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Re: Adding kerTeX; but needs avoiding configure etc.
On Sun, Aug 25, 2019 at 10:03:48AM -0600, Brook Milligan wrote:
> > On Aug 25, 2019, at 8:30 AM, tlaronde%polynum.com@localhost wrote:
> > On Sun, Aug 25, 2019 at 07:55:37AM -0600, Brook Milligan wrote:
> >>> On Aug 24, 2019, at 6:30 AM, Greg Troxel <gdt%lexort.com@localhost> wrote:
> >>> tlaronde%polynum.com@localhost writes:
> >>> BTW, since there is a TeXlive discussion going on, kerTeX solves
> >>> the problem at a different level: kerTeX is a hosted system; TeX
> >>> related packages are its problem not the problem of the host. There
> >>> is a packaging system for kerTeX allowing to add LaTeX and etc. to
> >>> the core, "kernel" system (hence the name with a word play between
> >>> ker(nel) and "care"). So there is only one (in fact two for
> >>> cross-compilation) package for TeX the additions being handled by the
> >>> TeX hosted system.
> >>> This is not the pkgsrc way
> >> More strongly, not only is this not the pkgsrc way, but mixing the kerTeX packaging system with pkgsrc as a user interface is a major step backward.
> > There is no mixing. It is totally independent. Totally orthogonal. And
> > you speak about the ease of updating and administration. But this is
> > what kerTeX does offer: cross-compilation; unprivileged install and,
> > furthermore, exactly the same user interface for administration of
> > packages on whatever machine and whatever OS.
> The same is true for most (all?) other domain-specific packaging systems. For example, pip purports the same. So does the R install.package() function. That is fine and very useful.
> However, once one starts relying on those (or a mix of those + pkgsrc) as the user interface for managing software, the benefits of a single means of managing software across different systems each usually with unique suites of software is lost. There are situations where that is a huge problem and therefore using other packaging systems, even in a mix with pkgsrc, is not helpful and is a step backwards. Each step in that direction returns us bit by bit to the source of inspiration for pkgsrc in the first place, an urgent need to tame the myriad complexity of software installation systems.
> It sounds like kerTeX already has all the pieces needed to support any package on any machine. That is super and makes packaging all the easier; thank you for that. As you design the mk infrastructure, just standardize what a pkgsrc package would look like in order to use that pre-existing capability. Given the simplicity of TeXlive packages and your description of the generality of kerTeX, I am not seeing this as a huge task; however, if it is more complex than I am seeing I am sure people here would be willing to help. Use that infrastructure in whatever kerTeX packages initially make sense in pkgsrc. No doubt that will not be "all TeX packages", just as "all TeXlive packages" do not exist in pkgsrc. However, if the infrastructure is in place and all kerTeX pkgsrc packages are standardized, as for example TeXlive packages are, then anyone who needs to add one can do so easily. A tool could also be written to do the same, much as texlive2pkg does now. There is no need for combinatorial explosion here, but there is a need for a pathway that makes it possible to manage software using a single user interface. You need not maintain or develop wrappers for thousands of kerTeX packages; that makes no sense. It would be very helpful, however, to develop a standardized pathway so that the pkgsrc community can add and maintain whatever packages do make sense.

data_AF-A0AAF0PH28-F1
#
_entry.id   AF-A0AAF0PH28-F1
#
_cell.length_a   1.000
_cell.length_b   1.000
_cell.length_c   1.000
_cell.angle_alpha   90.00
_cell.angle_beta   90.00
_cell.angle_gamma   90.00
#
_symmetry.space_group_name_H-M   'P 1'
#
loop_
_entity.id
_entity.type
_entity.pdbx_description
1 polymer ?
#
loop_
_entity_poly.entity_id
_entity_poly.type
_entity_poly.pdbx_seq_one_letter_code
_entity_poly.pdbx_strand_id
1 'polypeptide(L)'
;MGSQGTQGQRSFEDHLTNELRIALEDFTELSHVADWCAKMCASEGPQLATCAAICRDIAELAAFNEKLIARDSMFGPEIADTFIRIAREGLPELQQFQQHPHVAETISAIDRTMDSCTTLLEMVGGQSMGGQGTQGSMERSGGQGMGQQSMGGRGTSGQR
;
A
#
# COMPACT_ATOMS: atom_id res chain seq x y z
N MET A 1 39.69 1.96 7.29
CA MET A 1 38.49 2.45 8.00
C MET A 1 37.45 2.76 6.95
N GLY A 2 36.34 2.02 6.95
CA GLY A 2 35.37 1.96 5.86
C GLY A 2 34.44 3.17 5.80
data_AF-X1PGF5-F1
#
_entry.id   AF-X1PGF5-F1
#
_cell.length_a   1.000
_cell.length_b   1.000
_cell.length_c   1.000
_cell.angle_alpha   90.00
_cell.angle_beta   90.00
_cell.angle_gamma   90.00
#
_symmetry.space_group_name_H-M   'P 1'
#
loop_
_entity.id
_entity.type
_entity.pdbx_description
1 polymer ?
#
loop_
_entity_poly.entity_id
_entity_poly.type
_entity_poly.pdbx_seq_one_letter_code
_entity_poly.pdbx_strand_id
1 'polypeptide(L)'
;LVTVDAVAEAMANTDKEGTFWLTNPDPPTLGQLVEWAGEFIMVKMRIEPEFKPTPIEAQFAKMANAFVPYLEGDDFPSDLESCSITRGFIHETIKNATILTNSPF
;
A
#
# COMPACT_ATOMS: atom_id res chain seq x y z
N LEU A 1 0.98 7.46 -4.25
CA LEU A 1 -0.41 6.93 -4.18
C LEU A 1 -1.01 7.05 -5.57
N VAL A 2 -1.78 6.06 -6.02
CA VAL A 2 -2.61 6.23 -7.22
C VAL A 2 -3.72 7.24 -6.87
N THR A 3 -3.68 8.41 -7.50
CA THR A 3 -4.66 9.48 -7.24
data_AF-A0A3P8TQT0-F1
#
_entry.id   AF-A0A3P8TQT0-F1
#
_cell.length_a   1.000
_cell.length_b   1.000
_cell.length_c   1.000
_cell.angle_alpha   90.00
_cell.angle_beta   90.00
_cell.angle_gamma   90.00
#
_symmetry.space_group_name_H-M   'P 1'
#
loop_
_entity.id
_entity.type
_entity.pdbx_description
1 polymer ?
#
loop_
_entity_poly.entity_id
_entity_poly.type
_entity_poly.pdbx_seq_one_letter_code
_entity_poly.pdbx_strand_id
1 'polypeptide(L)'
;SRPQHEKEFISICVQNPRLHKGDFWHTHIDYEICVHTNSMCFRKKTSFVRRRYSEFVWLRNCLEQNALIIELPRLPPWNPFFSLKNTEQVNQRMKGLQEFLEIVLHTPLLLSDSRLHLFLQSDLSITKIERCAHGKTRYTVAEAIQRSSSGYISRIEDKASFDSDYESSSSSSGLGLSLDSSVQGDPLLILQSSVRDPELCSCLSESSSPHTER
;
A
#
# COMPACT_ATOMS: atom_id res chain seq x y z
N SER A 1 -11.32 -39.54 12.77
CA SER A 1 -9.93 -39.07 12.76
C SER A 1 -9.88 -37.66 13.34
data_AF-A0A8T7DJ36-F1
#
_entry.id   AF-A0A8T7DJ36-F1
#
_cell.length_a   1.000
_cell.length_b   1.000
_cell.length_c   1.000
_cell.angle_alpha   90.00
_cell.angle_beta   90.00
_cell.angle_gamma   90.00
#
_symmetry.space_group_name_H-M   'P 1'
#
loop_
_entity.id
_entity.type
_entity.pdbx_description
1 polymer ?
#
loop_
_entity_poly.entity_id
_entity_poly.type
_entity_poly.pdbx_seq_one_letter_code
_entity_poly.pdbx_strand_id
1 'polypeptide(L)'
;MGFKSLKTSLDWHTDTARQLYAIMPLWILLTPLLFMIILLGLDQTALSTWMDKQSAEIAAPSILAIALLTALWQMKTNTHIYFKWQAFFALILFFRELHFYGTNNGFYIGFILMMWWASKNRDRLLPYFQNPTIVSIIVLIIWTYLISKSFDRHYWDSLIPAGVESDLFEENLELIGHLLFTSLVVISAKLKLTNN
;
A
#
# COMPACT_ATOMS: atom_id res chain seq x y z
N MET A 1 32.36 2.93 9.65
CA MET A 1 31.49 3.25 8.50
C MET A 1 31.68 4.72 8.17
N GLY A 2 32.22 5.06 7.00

I still fail to see where the problem is but IMO all there will be to
add is a kertex_pkg "pkgsrc" package that will simply put an entry
in pkgsrc db for every kertex added package, the option to the pkgsrc
kertex_pkg being the name of the package to add.
But doing it this way, one looses for example the unprivileged install
of kerTeX: it can be installed anywhere under whatever user. The pkgsrc
db is owned by root.
I'm mainly a NetBSD user but kerTeX is not designed specifically for
NetBSD. It is designed to give TeX and al. to whoever wants it on
whatever machine/OS one uses. A user doesn't use NetBSD' kerTeX: he uses
kerTeX ON NetBSD that behaves the same as kerTeX ON whatever else (even
on Windows, it is the same; there is no need for special versions or
special User' Guide; the utilities are the same; the addition of
packages too). The same goes for Perl, Python and whatever.
These are significative huge software packages so that one claiming being
a user has to know how to use it. But once the user knows, it will be
the same under whatever host OS it runs.
So my opinion is that for other huge beasts (kerTeX is not huge in
size; but it is huge when one considers all that can be added as macros
or fonts on it), the solution would be to have a mean to install the
core on the OS (here, pkgsrc) and to let packages being delt with by
whatever commands the package provides, keeping the namespace clean (if
one adds Perl, the Perl binaries path has to be added to the PATH by the
user; and additions go in this dedicated subdirectory not cluttering the
"root" /usr/pkg/bin/ or /usr/pkg/sbin/ directories[*] ).
The up-to-date being then only an upstream problem.
* : there is amongst a lot of good things, something Plan9 provides that I wonder why sh(1)
has not added: the ability to call an utility with a subdir prefix: ip/*
for ip related utilities etc. To be able to call: perl/*, kertex/*,
python/* etc and to be able to have completion on subdirs would be a
great bonus, without a lot of work, and would help to have a clean
hierarchy and a consistent namespace.
Thierry Laronde <tlaronde +AT+ polynum +dot+ com>
Key fingerprint = 0FF7 E906 FBAF FE95 FD89 250D 52B1 AE95 6006 F40C
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